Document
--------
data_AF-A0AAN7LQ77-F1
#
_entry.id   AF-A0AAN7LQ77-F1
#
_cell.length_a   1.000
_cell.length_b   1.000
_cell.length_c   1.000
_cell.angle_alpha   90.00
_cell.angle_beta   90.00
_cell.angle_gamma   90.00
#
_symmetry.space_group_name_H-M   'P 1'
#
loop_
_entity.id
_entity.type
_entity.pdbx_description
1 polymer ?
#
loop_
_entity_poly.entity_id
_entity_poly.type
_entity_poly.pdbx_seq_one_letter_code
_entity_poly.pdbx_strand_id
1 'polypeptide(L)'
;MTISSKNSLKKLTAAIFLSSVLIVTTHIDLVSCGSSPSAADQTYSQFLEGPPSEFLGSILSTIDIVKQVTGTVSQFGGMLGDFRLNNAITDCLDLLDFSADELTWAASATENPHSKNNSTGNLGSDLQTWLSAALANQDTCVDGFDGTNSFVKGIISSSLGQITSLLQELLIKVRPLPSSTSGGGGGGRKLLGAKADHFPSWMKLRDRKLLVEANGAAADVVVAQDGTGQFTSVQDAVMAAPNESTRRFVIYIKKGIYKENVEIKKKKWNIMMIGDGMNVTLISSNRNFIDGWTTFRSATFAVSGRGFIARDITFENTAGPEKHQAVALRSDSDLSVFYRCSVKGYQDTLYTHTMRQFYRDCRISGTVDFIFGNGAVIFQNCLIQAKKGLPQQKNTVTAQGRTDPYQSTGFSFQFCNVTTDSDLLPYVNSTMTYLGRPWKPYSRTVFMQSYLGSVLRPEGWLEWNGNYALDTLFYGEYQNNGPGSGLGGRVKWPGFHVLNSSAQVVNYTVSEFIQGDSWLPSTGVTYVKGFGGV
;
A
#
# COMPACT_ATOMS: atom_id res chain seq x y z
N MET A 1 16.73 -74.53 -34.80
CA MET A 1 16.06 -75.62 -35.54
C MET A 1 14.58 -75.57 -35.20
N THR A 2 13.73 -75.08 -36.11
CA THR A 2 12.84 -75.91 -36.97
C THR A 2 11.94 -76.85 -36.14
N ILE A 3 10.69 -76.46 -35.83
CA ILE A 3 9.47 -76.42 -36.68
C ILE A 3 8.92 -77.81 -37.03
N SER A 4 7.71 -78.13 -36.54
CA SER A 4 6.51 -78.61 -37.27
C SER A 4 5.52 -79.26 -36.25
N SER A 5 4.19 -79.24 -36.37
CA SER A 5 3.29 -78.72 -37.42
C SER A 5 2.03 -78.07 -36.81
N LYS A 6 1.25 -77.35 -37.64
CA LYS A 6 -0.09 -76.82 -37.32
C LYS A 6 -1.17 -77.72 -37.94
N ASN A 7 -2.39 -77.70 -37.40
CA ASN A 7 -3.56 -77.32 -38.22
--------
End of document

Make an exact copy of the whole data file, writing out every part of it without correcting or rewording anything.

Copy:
data_AF-A0AAN7LQ77-F1
#
_entry.id   AF-A0AAN7LQ77-F1
#
_cell.length_a   1.000
_cell.length_b   1.000
_cell.length_c   1.000
_cell.angle_alpha   90.00
_cell.angle_beta   90.00
_cell.angle_gamma   90.00
#
_symmetry.space_group_name_H-M   'P 1'
#
loop_
_entity.id
_entity.type
_entity.pdbx_description
1 polymer ?
#
loop_
_entity_poly.entity_id
_entity_poly.type
_entity_poly.pdbx_seq_one_letter_code
_entity_poly.pdbx_strand_id
1 'polypeptide(L)'
;MTISSKNSLKKLTAAIFLSSVLIVTTHIDLVSCGSSPSAADQTYSQFLEGPPSEFLGSILSTIDIVKQVTGTVSQFGGMLGDFRLNNAITDCLDLLDFSADELTWAASATENPHSKNNSTGNLGSDLQTWLSAALANQDTCVDGFDGTNSFVKGIISSSLGQITSLLQELLIKVRPLPSSTSGGGGGGRKLLGAKADHFPSWMKLRDRKLLVEANGAAADVVVAQDGTGQFTSVQDAVMAAPNESTRRFVIYIKKGIYKENVEIKKKKWNIMMIGDGMNVTLISSNRNFIDGWTTFRSATFAVSGRGFIARDITFENTAGPEKHQAVALRSDSDLSVFYRCSVKGYQDTLYTHTMRQFYRDCRISGTVDFIFGNGAVIFQNCLIQAKKGLPQQKNTVTAQGRTDPYQSTGFSFQFCNVTTDSDLLPYVNSTMTYLGRPWKPYSRTVFMQSYLGSVLRPEGWLEWNGNYALDTLFYGEYQNNGPGSGLGGRVKWPGFHVLNSSAQVVNYTVSEFIQGDSWLPSTGVTYVKGFGGV
;
A
#
# COMPACT_ATOMS: atom_id res chain seq x y z
N MET A 1 16.73 -74.53 -34.80
CA MET A 1 16.06 -75.62 -35.54
C MET A 1 14.58 -75.57 -35.20
N THR A 2 13.73 -75.08 -36.11
CA THR A 2 12.84 -75.91 -36.97
C THR A 2 11.94 -76.85 -36.14
N ILE A 3 10.69 -76.46 -35.83
CA ILE A 3 9.47 -76.42 -36.68
C ILE A 3 8.92 -77.81 -37.03
N SER A 4 7.71 -78.13 -36.54
CA SER A 4 6.51 -78.61 -37.27
C SER A 4 5.52 -79.26 -36.25
N SER A 5 4.19 -79.24 -36.37
CA SER A 5 3.29 -78.72 -37.42
C SER A 5 2.03 -78.07 -36.81
N LYS A 6 1.25 -77.35 -37.64
CA LYS A 6 -0.09 -76.82 -37.32
C LYS A 6 -1.17 -77.72 -37.94
N ASN A 7 -2.39 -77.70 -37.40
CA ASN A 7 -3.56 -77.32 -38.22